I’m wondering if overall industry norms in the EU are closer to office norms, or if it’s just that you don’t get this level of crazy as regularly? For instance it was pretty normal when my restaurant coworker was like “oh hey, are you bisexual?” I confirmed and she was like “I KNEW IT.” This was a little awkward but basically fine but if it happened in my current job it’d be like, holy crap wow boundaries omg.

                  Part of me also thinks some of the difference might be that personal space becomes less of a thing in a squished environment where you’re likely to accidentally touch someone’s butt or something. So it’d be suuuuper weird for me to poke my officemate but it happened to me all the time in restaurants (still hated it though!)

                2. Ender*

                  Well it’s interesting that the bisexual example is the one you brought up, because in some EU countries people are really open about sexuality and personal lives. Directly asking someone if they are lgbtqa+ is unusual but not unheard of and in a one- on-one conversation wouldn’t usually be considered rude. I often see letters and comments here about how it’s really rude to ask about someone’s health/marital status/kids/ Food / politics / whatever and I’m just sitting here wondering what on earth do Americans talk about? All the good topics are off limits apparently. I think in general people are much more open about stuff in Europe, both in restaurants and in offices. In the U.K. specifically people seem to be a bit more closed-mouthed / private than other countries I’ve worked in, and it does vary location to location, but it’s rare that someone would kick up a fuss about being asked a personal question. They might think the asker was uncouth, but you wouldn’t get the level of drama and indignation I see on here. I asked a male coworker if he had a boyfriend in my first week in an office and he was just glad he didn’t have to officially come out to me. No big deal. But homosexuality isn’t considered a big deal in any community I’ve lived in since the early 90s. It still seems to be a huge deal in America though (and maybe Canada?). For example someone “came out” to a group of people in my sisters workplace a few years ago and they were all just confused why he made such a big deal about it. People don’t really do that anymore, it just kind of comes up in conversation when you’re talking about your life.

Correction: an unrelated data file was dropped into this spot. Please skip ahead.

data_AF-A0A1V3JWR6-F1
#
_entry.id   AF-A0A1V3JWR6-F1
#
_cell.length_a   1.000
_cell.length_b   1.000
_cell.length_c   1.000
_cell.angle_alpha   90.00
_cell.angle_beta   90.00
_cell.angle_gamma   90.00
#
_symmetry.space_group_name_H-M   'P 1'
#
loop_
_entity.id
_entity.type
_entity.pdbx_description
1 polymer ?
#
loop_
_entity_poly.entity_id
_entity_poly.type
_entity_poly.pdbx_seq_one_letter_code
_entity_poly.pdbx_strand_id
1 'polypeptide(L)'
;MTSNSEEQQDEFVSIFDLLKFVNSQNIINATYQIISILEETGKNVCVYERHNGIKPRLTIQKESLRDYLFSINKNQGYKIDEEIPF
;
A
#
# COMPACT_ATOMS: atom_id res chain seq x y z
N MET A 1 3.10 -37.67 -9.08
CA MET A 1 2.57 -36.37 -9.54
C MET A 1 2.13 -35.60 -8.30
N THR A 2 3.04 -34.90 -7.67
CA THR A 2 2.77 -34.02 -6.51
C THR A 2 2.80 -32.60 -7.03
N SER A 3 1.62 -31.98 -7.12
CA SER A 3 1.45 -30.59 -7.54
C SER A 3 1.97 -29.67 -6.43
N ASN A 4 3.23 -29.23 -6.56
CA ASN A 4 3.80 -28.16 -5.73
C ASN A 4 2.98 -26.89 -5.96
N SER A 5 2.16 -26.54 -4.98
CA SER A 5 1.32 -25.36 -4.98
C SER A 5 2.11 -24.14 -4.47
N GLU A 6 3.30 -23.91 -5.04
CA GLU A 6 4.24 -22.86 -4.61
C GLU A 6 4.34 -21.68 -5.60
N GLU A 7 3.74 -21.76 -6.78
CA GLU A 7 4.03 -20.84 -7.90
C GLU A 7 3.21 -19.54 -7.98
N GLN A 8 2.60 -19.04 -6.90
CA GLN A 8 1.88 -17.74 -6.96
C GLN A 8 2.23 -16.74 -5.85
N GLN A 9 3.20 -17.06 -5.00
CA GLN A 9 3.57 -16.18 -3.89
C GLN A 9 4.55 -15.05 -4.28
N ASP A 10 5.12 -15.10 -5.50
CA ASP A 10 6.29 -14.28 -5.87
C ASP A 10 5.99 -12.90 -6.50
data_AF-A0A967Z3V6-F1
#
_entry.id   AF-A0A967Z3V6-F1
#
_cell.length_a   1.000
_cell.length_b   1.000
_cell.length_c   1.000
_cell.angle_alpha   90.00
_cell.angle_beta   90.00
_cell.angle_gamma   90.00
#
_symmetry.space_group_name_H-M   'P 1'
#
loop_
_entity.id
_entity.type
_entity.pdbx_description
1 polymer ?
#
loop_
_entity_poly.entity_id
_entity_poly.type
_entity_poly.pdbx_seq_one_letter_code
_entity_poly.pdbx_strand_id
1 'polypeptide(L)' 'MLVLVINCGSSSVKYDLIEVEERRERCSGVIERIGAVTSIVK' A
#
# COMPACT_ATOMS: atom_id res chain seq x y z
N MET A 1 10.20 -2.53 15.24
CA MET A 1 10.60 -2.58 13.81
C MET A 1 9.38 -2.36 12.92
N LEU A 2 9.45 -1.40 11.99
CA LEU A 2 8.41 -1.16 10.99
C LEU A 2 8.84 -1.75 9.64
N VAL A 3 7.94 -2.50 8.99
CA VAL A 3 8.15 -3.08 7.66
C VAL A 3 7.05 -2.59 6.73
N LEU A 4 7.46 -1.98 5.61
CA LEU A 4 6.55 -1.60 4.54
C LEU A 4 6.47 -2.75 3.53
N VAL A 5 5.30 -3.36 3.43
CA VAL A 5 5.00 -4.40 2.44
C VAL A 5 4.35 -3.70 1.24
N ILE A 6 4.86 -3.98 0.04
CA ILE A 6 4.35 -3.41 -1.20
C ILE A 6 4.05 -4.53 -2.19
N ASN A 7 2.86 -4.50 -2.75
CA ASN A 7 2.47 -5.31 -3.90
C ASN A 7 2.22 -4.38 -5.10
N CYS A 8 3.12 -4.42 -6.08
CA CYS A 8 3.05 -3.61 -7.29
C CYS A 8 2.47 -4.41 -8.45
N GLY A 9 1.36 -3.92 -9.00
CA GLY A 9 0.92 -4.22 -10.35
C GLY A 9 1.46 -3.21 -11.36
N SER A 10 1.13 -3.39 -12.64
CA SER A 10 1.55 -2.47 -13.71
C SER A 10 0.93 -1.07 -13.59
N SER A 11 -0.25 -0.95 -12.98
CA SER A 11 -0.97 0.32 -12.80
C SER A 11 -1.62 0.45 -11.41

I think restaurants in the countries I’ve lived in seem to have norms that are pretty similar to other workplaces. Your coworkers might be a bit more relaxed about smoking a joint on your lunch break, but you still wouldn’t want your manager to know about it. And you definitely wouldn’t get away with making serious threats or selling drugs in any restaurant I’ve known. If anyone was doing that they were doing it very quietly and definitely not broadcasting it.

          2. BF50*

            “To a certain extent… but I’d take poor quality food over staff dealing drugs and violence any time! The former I’d consider giving a second chance, the latter I’d never dare set foot in again if I heard about it”

            The thing is, you would never hear about it. You would only notice the poor quality food. Then you would tell 5 people. You would not go back and probably 3 out of 5 people you told would also not go back.

          3. nonegiven*

            If the food was bad the first time I went, I probably wouldn’t go back. If it used to be good and then twice in a row it was bad, I’d stop going.

            I’d probably never hear about drugs unless it ended up in the news.

          4. Nita*

            Agreed. Maybe the stuff OP describes isn’t obvious, but only up to a point. If it gets bad enough it will be obvious – maybe stoned-looking people in the bathrooms, or sketchy characters on the front steps, or fights breaking out in the customer area (have seen all of this – thankfully not often). And I’ve been to places where the food or wait times are hit and miss, and will be back as long as they’re still mostly good. The ones that feel unsafe? I’m not going back ever, if only because it defeats the purpose of going out to unwind.

      2. Aleta*

        Losing a third of your kitchen staff is beyond short staffed, especially when normally over staffing is COMPLETELY unacceptable either for budgetary reasons or because managers/owners are big on If You’ve Got Time To Lean You’ve Got Time To Clean and there’s just physically not enough things for everyone to do. So you’re already running on the minimum staffing you think you can get away with for any given rush, and then suddenly that’s cut by a third. Depending upon how the schedule is drawn up, and how many of the kitchen staff are actually on each shift, that could be a much larger percentage of the kitchen staff in practice. It could be utterly disastrous.